Later, CDR Padalka is to perform the periodic replenishing of the Elektron’s water supply for electrolysis, filling the KOV thermal loops’ EDV container with purified (deionized) water from the BKO multifiltration/purification column unit.   [The procedure was specially designed to prevent air bubbles from getting into the BZh liquid unit where they could cause micropump impeller cavitation and Elektron shutdown, as numerous past times.  In the procedure, the EDV water is drawn from the BKO and the air/liquid separator unit (GZhS) while the crewmember checks for any air bubbles in the EDV (and, if visible, estimates their number).]

At about 10:00am, the crew is scheduled for their weekly teleconference with the ISS Flight Director at MCC-H.

Mike Fincke will perform the regular once-a-week maintenance power-cycle (reboot) on the operational PCS laptops and also restart the U.S. OCA comm router laptop (every two weeks).

The CDR is to conduct the daily routine maintenance of the SM’s SOZh environment control & life support system as well as the preparation of the daily IMS inventory “delta” file, while the FE will do the regular status checkup of the autonomous Lab payloads.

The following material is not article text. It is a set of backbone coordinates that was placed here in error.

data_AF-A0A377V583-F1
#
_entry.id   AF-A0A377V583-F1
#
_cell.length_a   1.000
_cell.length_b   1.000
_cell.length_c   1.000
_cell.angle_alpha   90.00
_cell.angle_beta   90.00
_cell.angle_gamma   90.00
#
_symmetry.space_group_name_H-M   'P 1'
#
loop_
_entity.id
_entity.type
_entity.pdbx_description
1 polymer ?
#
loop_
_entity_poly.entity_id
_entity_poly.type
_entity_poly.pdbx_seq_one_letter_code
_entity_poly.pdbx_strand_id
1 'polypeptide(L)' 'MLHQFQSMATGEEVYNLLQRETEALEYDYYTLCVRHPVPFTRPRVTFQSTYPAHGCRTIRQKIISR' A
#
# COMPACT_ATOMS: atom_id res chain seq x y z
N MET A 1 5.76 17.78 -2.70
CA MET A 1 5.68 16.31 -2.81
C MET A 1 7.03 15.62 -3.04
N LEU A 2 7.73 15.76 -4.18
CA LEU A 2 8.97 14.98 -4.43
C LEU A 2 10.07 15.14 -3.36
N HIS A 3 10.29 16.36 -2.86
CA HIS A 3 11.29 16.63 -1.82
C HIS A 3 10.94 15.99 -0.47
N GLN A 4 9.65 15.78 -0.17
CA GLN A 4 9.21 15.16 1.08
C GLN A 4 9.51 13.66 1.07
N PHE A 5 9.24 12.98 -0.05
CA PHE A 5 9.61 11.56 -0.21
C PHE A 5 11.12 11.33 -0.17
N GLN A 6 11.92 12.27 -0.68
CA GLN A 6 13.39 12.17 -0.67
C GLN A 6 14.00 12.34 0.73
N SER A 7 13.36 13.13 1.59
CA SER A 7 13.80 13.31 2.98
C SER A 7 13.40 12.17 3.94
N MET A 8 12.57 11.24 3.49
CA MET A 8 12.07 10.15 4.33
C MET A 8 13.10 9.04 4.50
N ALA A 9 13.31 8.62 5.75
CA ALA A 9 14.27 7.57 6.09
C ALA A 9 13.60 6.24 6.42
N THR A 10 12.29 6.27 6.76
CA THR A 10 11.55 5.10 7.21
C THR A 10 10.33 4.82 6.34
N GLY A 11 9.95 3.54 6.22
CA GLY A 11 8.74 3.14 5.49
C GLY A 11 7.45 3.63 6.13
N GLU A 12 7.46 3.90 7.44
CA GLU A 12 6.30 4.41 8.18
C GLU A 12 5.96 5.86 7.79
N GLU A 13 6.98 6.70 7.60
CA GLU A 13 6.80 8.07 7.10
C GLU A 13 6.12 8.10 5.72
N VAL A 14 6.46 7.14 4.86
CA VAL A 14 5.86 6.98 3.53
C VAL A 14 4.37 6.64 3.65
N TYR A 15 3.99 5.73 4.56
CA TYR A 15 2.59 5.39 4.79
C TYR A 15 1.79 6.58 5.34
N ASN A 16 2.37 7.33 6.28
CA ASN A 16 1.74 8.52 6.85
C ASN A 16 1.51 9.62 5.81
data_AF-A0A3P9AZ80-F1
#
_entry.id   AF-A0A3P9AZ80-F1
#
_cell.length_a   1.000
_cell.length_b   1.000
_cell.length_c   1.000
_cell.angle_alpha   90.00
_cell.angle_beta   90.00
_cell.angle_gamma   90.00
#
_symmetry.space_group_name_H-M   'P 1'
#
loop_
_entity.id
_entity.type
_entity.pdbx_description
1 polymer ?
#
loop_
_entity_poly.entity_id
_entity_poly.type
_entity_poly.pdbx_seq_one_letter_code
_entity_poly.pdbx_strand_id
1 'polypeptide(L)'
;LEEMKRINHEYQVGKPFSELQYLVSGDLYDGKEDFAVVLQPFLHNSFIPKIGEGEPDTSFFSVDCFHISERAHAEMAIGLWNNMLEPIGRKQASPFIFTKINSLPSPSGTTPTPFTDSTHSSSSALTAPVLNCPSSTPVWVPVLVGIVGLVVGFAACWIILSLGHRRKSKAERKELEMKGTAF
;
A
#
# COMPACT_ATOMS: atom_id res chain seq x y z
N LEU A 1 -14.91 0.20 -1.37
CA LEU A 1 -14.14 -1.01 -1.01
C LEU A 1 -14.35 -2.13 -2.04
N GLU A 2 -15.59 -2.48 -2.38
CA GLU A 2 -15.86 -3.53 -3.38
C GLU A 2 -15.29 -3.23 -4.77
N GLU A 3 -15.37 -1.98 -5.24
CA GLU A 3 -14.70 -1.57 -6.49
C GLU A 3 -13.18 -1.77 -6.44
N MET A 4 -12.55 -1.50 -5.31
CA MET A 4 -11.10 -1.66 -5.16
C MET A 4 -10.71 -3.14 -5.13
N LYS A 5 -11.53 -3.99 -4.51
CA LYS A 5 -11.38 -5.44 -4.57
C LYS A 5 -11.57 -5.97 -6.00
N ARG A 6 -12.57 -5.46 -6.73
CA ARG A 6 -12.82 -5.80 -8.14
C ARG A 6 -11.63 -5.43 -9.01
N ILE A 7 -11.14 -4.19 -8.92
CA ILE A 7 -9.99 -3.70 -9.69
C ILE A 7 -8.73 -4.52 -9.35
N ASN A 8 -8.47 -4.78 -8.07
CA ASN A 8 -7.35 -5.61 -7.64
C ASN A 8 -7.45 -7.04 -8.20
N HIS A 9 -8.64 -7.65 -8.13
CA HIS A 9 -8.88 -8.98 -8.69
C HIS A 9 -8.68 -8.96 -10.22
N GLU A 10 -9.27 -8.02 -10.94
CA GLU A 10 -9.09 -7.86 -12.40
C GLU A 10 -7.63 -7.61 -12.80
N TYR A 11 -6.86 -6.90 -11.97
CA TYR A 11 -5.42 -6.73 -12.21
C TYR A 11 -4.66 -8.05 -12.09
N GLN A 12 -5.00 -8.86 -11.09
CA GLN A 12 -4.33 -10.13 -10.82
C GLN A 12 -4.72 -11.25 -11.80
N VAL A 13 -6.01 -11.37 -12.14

At ~11:40am, Gennady will take the periodic CO2 partial pressure measurements in the SM and Lab using the U.S. CDMK (CO2 monitor kit), for calldown to MCC-Houston (along with the battery status) for use in trending analyses.
Padalka and Fincke will conduct the full regimen of physical exercise on VELO with force loader, RED (resistive exercise device) and TVIS (treadmill with vibration isolation and stabilization).

At ~12:50pm, the crew will entertain an amateur (ham) radio session with VIPs at the Russian Aerospace festival “Let’s Give the Planet to the Kids” at ARTEK International Children’s’ Center.   [For today’s event, a gala concert, the President of Ukraine, Leonid Kuchma, UNESCO’s Deputy Director General, Mr. Barboza, members of diplomatic corps from over 20 countries, and other high-ranking dignitaries have been invited.  Ground contacts include Cosmonaut Anatoly Artsebarsky.].

At ~2:40pm, Mike is also scheduled for a discussion with the ground of the “Saturday Science” program being anticipated for tomorrow.

Major upcoming events:

  • EVA timeline review — 8/1;
  • OpsLan reconfig, etc. — 8/2;
  • Orlan EVA-10 from DC-1 — 8/3 (hatch open: 2:50am EDT);
  • EVA debrief, etc. — 8/4;
  • Progress 15P launch — 8/11 (1:01am EDT);